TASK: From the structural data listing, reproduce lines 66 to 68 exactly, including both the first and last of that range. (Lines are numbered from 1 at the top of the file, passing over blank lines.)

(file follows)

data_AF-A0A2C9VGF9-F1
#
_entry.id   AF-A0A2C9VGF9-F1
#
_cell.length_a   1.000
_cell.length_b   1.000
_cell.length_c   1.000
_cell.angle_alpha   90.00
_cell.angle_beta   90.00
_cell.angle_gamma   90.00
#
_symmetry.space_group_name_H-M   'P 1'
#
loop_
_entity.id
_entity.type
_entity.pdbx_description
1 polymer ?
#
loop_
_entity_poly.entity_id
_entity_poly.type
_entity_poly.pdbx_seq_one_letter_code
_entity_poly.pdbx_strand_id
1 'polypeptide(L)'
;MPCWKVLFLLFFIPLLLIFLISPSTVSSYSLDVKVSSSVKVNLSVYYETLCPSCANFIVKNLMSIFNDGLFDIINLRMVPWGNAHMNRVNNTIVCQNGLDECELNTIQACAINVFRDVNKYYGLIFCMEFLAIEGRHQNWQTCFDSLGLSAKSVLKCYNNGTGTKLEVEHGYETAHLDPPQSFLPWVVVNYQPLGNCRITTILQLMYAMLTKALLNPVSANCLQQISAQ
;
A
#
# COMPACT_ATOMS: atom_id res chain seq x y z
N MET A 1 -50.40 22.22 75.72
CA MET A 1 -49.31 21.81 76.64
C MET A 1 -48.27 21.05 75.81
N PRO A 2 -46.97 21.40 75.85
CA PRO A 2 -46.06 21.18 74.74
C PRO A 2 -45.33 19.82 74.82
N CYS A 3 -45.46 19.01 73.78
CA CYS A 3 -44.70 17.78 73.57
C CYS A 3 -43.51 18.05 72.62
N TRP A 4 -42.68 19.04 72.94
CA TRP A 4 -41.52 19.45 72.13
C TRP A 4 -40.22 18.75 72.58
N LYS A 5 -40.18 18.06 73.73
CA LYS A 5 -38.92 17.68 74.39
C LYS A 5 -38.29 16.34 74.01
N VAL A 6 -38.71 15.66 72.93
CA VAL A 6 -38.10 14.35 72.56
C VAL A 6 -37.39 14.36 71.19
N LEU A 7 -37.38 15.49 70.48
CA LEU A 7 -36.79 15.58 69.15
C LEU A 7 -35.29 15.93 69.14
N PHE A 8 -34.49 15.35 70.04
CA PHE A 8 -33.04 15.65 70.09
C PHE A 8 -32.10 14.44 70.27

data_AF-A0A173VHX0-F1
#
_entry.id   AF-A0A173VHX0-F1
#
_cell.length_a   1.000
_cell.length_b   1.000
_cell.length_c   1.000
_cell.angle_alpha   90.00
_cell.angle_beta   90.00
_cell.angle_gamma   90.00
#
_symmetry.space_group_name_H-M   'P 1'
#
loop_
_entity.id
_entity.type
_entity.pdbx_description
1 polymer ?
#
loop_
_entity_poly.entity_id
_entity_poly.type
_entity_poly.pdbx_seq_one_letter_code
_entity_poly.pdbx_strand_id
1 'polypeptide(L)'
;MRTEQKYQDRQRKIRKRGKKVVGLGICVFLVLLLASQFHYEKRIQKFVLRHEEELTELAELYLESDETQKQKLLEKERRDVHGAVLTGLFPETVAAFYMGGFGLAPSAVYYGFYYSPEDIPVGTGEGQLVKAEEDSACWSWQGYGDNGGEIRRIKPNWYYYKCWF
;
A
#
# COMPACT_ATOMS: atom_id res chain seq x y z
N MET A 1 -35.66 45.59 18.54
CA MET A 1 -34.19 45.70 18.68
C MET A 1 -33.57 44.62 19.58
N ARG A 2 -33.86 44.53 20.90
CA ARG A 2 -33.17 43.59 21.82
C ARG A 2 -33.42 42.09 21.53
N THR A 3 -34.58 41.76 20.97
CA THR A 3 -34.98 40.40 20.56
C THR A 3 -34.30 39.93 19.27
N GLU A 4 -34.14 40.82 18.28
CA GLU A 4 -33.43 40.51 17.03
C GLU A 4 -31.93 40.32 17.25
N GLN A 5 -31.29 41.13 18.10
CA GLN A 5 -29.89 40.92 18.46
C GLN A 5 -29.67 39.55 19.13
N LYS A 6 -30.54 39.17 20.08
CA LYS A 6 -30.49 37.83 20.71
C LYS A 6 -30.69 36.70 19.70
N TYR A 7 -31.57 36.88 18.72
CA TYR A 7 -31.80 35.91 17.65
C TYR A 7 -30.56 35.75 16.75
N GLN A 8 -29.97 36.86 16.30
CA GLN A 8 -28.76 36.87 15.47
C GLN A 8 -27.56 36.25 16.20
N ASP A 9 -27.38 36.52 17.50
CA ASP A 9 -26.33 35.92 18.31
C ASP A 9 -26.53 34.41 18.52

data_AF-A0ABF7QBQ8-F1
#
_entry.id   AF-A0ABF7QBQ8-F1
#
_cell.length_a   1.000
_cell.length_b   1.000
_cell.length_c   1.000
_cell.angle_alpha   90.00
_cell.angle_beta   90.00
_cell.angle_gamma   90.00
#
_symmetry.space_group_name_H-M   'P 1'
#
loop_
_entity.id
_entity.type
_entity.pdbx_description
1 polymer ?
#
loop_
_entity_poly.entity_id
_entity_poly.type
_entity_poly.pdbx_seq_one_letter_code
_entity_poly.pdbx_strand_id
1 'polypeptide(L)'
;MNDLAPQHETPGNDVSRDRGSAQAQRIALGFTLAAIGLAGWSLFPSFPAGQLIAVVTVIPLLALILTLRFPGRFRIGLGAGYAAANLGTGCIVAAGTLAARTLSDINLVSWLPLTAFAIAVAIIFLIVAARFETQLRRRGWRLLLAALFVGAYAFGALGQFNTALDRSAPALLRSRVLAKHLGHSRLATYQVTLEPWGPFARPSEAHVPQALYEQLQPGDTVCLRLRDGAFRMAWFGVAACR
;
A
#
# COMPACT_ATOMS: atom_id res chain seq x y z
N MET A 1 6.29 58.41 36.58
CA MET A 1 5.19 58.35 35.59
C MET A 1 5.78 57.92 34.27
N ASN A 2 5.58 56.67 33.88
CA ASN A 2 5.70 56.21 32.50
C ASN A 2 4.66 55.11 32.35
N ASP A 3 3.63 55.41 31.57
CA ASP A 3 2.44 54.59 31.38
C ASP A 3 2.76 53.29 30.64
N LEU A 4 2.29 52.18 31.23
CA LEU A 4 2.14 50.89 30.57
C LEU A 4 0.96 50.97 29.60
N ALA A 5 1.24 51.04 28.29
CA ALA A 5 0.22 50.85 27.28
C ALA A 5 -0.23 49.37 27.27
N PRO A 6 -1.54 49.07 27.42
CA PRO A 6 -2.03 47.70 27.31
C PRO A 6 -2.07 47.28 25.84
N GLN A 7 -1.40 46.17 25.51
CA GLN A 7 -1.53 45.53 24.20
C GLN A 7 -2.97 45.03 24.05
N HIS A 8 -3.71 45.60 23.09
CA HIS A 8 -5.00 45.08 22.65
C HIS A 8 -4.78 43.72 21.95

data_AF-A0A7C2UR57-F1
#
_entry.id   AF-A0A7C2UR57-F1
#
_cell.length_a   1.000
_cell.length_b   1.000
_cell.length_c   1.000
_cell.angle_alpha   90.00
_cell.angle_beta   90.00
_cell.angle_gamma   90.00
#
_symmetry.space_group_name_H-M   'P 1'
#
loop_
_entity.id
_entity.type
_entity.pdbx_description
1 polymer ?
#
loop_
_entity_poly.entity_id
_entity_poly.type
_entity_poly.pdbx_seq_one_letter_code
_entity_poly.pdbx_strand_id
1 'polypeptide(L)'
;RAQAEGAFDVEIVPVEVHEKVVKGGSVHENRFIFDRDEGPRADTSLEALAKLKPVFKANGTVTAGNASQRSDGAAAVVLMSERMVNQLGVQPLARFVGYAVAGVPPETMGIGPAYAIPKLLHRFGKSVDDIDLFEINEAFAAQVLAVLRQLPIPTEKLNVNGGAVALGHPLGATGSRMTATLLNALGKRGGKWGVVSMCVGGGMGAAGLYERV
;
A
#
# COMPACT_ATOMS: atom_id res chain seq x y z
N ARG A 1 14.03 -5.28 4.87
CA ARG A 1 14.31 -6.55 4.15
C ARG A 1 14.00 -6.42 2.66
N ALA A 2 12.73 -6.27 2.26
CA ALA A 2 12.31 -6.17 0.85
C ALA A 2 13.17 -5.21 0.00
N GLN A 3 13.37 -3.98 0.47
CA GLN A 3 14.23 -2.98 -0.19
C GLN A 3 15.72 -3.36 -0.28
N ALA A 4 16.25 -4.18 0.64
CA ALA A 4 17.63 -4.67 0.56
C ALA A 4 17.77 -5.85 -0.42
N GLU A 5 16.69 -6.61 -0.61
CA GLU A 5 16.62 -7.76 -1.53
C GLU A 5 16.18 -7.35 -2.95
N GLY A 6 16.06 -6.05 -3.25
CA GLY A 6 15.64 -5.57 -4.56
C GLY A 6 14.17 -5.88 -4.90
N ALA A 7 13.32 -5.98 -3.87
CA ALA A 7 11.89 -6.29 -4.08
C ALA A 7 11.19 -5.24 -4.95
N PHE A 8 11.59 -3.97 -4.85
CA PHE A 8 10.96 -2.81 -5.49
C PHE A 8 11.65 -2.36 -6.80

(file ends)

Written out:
_symmetry.space_group_name_H-M   'P 1'
#
loop_